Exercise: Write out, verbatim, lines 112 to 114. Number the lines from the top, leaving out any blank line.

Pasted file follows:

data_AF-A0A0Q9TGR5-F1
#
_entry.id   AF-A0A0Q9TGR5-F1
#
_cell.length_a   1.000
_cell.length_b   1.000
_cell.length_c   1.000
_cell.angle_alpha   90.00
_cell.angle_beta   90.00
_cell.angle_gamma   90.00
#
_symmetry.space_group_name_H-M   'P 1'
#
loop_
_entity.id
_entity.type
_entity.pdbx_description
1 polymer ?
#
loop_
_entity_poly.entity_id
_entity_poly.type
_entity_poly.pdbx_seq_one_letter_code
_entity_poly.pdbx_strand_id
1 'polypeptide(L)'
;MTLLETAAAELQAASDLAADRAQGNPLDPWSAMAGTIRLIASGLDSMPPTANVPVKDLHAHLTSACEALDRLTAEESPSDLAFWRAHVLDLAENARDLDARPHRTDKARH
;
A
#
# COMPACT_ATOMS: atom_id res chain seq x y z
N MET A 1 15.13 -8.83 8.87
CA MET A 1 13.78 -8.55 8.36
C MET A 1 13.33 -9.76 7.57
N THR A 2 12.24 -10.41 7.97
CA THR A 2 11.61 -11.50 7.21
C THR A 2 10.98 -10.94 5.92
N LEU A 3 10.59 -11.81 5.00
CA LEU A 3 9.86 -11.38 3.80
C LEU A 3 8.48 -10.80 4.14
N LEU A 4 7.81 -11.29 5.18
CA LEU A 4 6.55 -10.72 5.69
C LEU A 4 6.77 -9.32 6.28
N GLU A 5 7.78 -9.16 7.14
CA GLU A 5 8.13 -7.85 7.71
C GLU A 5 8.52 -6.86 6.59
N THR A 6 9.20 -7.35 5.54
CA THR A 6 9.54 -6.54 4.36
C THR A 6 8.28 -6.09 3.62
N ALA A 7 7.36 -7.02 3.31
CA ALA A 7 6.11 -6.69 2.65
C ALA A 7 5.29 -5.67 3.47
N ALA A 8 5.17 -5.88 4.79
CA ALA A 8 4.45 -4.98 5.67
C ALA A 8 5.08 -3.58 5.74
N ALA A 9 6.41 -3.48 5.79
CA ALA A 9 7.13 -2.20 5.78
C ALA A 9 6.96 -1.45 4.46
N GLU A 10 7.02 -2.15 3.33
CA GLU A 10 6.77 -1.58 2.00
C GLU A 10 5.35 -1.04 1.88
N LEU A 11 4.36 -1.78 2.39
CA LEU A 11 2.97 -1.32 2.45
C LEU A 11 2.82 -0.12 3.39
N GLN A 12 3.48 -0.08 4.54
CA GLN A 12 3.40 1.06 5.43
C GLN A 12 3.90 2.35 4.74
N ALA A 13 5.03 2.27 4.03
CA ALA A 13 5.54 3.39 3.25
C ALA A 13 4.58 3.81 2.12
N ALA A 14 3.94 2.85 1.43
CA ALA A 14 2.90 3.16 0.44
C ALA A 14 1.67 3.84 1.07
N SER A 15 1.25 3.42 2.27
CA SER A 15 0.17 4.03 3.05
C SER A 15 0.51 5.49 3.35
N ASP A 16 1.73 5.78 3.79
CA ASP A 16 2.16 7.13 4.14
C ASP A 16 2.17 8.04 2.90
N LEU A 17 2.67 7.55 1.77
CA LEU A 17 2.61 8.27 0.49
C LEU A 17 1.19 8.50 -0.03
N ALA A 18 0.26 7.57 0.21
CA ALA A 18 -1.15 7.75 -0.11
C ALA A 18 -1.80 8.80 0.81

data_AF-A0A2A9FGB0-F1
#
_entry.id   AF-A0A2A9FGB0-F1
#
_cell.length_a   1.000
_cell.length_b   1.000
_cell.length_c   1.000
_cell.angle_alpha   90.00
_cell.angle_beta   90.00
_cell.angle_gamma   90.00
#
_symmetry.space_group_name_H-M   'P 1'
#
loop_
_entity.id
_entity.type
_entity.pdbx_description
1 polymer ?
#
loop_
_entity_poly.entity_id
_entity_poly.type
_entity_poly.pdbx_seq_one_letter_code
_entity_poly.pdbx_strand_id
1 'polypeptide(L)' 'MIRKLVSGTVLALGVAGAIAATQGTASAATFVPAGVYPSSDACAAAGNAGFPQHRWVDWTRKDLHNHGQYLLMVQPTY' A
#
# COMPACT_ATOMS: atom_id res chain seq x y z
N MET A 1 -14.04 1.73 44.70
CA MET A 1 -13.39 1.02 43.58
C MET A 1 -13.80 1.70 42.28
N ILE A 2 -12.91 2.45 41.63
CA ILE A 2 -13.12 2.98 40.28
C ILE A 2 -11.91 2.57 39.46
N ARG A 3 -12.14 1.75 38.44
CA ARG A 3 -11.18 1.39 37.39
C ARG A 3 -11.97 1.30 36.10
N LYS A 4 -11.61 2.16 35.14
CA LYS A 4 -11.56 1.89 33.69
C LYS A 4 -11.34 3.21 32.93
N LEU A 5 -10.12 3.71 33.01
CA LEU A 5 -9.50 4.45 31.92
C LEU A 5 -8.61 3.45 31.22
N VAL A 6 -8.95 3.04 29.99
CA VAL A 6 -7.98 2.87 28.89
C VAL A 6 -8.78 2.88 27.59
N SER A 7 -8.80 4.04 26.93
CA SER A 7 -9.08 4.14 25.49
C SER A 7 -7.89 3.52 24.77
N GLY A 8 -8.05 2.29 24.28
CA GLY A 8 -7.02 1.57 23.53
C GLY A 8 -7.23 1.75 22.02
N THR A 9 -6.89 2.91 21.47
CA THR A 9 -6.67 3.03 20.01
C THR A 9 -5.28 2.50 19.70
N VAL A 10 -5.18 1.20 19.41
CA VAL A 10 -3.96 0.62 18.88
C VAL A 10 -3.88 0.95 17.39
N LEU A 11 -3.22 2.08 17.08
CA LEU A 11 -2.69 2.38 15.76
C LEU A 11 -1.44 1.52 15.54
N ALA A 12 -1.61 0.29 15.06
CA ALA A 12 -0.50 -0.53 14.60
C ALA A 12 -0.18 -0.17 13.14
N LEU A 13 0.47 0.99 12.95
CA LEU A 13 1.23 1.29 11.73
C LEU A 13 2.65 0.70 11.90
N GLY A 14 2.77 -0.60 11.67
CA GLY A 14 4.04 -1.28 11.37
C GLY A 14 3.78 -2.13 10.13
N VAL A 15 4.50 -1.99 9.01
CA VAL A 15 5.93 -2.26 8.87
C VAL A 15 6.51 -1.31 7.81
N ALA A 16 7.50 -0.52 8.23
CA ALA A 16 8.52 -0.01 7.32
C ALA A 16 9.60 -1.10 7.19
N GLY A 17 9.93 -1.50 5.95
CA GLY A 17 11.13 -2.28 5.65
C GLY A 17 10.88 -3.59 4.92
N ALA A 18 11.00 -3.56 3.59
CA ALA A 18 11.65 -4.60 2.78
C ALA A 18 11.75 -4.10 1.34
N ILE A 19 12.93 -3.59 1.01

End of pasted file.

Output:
N MET A 1 -14.04 1.73 44.70
CA MET A 1 -13.39 1.02 43.58
C MET A 1 -13.80 1.70 42.28